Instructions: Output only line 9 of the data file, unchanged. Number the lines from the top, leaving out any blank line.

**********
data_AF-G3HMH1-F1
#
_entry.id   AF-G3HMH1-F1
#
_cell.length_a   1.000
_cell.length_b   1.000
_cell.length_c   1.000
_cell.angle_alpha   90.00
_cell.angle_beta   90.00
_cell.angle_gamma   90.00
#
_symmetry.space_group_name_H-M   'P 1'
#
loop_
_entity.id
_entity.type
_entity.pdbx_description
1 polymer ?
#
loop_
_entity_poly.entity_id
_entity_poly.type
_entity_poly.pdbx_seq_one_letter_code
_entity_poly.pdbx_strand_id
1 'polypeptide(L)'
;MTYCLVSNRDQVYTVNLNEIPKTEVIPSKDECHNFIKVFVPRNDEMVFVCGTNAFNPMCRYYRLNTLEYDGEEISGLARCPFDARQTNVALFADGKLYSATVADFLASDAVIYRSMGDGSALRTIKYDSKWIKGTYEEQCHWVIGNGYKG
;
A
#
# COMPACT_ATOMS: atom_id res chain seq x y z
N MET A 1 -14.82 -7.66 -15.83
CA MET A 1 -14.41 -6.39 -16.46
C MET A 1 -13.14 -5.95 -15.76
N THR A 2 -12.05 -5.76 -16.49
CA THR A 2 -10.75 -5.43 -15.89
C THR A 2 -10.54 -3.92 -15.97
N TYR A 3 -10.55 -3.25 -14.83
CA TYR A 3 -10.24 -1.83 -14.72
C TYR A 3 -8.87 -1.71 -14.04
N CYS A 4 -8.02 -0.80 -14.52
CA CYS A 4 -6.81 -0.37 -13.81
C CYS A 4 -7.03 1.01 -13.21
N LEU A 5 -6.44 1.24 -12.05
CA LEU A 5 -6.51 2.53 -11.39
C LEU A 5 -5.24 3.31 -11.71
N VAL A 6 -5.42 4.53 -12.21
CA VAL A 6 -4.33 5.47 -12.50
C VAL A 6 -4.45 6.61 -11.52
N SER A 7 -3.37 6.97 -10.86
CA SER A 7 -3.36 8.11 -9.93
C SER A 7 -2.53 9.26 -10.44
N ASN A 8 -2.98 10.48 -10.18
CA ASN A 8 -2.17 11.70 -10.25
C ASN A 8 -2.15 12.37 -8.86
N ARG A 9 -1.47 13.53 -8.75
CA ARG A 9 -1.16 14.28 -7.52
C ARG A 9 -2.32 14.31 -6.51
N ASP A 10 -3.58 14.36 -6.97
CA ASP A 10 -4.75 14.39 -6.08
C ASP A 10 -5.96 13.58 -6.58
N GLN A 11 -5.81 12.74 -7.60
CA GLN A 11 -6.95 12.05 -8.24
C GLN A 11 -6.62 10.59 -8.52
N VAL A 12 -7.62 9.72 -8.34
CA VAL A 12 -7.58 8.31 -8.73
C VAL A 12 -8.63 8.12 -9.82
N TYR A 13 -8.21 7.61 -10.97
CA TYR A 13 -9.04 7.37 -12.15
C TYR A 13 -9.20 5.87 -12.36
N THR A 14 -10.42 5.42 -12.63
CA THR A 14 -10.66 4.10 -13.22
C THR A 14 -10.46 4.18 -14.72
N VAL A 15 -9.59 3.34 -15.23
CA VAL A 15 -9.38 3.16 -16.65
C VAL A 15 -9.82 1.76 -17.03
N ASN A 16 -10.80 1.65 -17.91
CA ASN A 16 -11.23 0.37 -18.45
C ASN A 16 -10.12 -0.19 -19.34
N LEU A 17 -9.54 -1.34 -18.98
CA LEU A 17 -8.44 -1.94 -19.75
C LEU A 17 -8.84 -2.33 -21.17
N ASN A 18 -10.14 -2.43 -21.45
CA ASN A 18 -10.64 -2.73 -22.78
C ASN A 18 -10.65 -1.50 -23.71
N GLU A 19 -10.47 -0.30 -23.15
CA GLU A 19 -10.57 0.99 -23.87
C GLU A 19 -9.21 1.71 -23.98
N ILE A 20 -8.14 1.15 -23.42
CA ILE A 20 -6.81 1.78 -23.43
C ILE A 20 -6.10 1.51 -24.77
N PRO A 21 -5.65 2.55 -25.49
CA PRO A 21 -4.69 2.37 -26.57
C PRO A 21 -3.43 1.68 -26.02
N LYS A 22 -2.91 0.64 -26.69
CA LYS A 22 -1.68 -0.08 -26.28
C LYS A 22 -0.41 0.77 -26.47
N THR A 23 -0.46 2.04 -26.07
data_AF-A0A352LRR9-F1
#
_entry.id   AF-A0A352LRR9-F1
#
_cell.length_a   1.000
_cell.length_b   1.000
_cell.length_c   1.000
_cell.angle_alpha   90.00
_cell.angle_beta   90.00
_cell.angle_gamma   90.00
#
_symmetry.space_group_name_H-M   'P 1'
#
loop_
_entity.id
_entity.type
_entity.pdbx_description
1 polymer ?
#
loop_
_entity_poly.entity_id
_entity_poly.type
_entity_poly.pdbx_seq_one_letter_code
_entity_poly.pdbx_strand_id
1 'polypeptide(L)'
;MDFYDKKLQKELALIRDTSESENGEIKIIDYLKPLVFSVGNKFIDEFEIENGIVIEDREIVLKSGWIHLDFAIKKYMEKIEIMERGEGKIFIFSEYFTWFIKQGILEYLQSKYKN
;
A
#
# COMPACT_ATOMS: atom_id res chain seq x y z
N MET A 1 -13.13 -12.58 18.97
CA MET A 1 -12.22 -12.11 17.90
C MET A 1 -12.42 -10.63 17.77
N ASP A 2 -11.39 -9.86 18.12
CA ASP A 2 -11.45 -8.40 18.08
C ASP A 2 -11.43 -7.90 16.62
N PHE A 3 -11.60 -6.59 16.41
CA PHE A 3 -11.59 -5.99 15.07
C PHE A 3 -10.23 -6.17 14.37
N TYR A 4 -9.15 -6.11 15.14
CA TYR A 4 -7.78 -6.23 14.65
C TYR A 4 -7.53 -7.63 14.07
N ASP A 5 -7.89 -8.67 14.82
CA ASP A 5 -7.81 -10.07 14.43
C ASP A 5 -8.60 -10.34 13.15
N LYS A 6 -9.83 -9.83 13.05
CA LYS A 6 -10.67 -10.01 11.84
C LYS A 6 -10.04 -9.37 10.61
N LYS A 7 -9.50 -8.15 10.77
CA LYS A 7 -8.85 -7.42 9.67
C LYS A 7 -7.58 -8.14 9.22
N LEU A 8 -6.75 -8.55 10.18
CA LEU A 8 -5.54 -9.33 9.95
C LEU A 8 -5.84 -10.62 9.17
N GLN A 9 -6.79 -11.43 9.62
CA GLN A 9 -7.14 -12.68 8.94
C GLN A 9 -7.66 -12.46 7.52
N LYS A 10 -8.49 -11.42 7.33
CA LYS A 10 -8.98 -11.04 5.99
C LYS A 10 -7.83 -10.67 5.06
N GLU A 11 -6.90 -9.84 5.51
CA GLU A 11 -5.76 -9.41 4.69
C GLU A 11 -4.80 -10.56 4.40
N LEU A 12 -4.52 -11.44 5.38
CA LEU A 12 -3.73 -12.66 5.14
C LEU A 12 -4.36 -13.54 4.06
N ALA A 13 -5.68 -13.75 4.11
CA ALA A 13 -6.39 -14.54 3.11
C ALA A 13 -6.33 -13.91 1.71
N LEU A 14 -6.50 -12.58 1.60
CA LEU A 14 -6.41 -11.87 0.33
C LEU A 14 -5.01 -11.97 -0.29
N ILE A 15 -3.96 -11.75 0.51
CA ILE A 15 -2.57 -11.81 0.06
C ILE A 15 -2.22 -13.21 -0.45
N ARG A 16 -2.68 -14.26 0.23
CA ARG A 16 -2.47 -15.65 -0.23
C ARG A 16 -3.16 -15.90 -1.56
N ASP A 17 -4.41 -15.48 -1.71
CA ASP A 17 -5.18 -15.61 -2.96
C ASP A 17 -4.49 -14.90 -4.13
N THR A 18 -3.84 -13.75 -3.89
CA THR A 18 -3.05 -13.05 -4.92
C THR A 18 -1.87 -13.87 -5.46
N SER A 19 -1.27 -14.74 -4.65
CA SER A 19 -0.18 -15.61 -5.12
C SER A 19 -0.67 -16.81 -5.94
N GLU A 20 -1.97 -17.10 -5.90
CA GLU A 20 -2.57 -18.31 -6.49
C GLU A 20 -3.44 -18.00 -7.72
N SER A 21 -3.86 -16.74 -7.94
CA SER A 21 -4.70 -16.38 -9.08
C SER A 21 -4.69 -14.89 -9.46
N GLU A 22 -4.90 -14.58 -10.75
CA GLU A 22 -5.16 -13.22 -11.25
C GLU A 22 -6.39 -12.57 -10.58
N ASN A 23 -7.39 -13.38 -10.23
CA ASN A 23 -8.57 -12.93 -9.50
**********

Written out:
_cell.angle_beta   90.00